How to Build a LinkedIn Community as a Business Professional

Building a community is fundamentally a give and take dynamic — on any platform. Just like in-person relationships, extend an offer before making an ask to make the best first impression when you connect online.

So … How do you bring people together?

I found a surprisingly simple answer while building out my own community of 10,000+ professionals on LinkedIn.

The smartest way to use your resources is to empower the people behind your brand.  I’ve found that the strongest communities contain a mutually beneficial dynamic. A loyal group of supporters offers more  lifetime value than a temporary media buy ever could.

Over the past year, I’ve leveraged LinkedIn to launch a product and end-to-end rebrand, close new clients, and steadily build a talented team from the members of my virtual community.

Let me tell you how, step by step, so you can too. And before I begin, I owe a special thank you to Allen Gannett for teaching me the ropes last year. He has the best LinkedIn account I’ve seen.

Step I: Create Impactful Content

In May 2018, I started with 6,558 connections. I hadn’t put any serious effort into LinkedIn yet beyond adding people I met in a professional setting, nor had I started sharing content. When I did, it definitely wasn’t systematized like it is today.

Fast forward 365 days: I currently have more than 10,000 connections.

How did I do it?

I started by sharing content that encapsulated my passions, purpose, and what I want to offer the world around me.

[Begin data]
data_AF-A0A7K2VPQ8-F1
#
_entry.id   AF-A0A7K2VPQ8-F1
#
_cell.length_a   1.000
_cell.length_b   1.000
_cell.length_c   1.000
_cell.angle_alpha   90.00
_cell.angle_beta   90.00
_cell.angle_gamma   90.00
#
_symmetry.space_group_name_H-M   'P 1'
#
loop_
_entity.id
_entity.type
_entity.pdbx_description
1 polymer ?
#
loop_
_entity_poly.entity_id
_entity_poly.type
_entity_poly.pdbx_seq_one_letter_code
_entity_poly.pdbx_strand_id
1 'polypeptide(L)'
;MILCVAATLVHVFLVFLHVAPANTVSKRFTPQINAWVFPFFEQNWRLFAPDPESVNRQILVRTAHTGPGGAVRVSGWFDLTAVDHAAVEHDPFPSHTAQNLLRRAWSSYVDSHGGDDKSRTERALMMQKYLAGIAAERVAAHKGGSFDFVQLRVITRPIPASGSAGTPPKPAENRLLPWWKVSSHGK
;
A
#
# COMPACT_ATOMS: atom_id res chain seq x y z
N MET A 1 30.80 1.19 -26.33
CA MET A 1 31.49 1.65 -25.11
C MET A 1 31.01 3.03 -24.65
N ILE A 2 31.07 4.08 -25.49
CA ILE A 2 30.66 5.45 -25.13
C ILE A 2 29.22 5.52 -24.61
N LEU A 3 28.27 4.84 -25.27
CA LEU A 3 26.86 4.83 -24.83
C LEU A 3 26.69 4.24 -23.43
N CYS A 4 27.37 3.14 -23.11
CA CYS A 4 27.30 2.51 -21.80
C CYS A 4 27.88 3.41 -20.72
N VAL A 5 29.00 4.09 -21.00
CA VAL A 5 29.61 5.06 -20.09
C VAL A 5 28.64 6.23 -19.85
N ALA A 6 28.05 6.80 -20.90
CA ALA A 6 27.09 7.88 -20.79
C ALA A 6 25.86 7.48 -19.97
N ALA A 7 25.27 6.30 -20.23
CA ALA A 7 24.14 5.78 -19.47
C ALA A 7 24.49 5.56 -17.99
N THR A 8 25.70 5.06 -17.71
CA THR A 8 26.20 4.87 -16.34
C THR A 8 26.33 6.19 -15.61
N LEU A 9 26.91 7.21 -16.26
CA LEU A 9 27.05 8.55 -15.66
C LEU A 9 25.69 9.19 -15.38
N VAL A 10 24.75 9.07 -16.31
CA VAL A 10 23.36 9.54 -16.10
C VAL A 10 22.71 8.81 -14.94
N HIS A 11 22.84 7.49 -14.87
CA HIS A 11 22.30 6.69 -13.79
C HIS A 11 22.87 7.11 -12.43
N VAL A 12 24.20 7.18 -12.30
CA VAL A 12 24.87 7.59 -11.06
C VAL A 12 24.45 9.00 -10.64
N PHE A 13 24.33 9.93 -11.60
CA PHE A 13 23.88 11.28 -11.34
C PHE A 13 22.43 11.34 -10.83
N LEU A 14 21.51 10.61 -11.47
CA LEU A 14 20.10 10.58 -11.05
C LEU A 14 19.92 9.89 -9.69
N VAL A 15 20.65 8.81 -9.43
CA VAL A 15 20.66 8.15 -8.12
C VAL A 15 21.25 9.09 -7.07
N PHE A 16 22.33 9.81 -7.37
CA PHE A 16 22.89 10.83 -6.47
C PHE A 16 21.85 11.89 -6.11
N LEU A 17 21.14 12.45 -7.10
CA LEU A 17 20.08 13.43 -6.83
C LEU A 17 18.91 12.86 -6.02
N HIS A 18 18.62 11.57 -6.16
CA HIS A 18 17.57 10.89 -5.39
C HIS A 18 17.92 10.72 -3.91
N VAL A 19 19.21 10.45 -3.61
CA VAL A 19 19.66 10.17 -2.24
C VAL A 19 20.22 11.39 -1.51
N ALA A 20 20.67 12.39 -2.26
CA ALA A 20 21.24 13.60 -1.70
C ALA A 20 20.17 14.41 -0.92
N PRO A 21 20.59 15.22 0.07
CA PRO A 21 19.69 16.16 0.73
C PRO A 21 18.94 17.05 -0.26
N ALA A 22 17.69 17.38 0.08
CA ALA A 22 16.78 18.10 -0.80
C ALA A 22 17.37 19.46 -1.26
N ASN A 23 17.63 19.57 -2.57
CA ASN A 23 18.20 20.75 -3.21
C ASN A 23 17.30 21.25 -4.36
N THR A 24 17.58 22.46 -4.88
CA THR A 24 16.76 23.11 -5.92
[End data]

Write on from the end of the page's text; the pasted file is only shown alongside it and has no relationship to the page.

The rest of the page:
When you create useful content for a thoughtfully selected group, members will return the favor by engaging and sharing it with their own networks.

My content creation process started by answering this pivotal question:

What do I care about?

Answer this for yourself by outlining themes in your life you wish had more coverage.

You can give those issues a voice. When you do, you’ll find others who care just as much as you do.

Personally, I love sharing inspirational stories about young professionals making an impact. I balance thought provoking concepts with actionable best practices for digital marketing and business to round out my content cycle with both evocative and data-driven resources.

I systematized my robust content cycle by putting a repeatable process in place.

Each new post or article I write links back to one of these 4 topic categories:

  1. Business & Marketing:

When I’m drawing from my professional knowledge, I share content around business leadership and marketing.

Lay out your post by explaining the context: What’s the “why?”


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In this post, the main point I try to make is the importance of thinking in terms of the future as I think about growing our business.. I emphasize how much I care about spreading highly specific messages at a rapid pace.

The message readers receive? If they work with me, I will have a vested interest in their growth for the long term.

I simultaneously share what I believe while branding myself with intentionality. This sets me apart from “get rich quick” schemes that masquerade as business.

2. Thought Provoking Topics

In college, I started an emotional health platform for people to share vulnerable stories and make connections with like-minded peers. It might not be my main focus anymore, but it will always be something I want to impact and care about on a personal level.

Here is an article I wrote about this topic with my editor, Catherine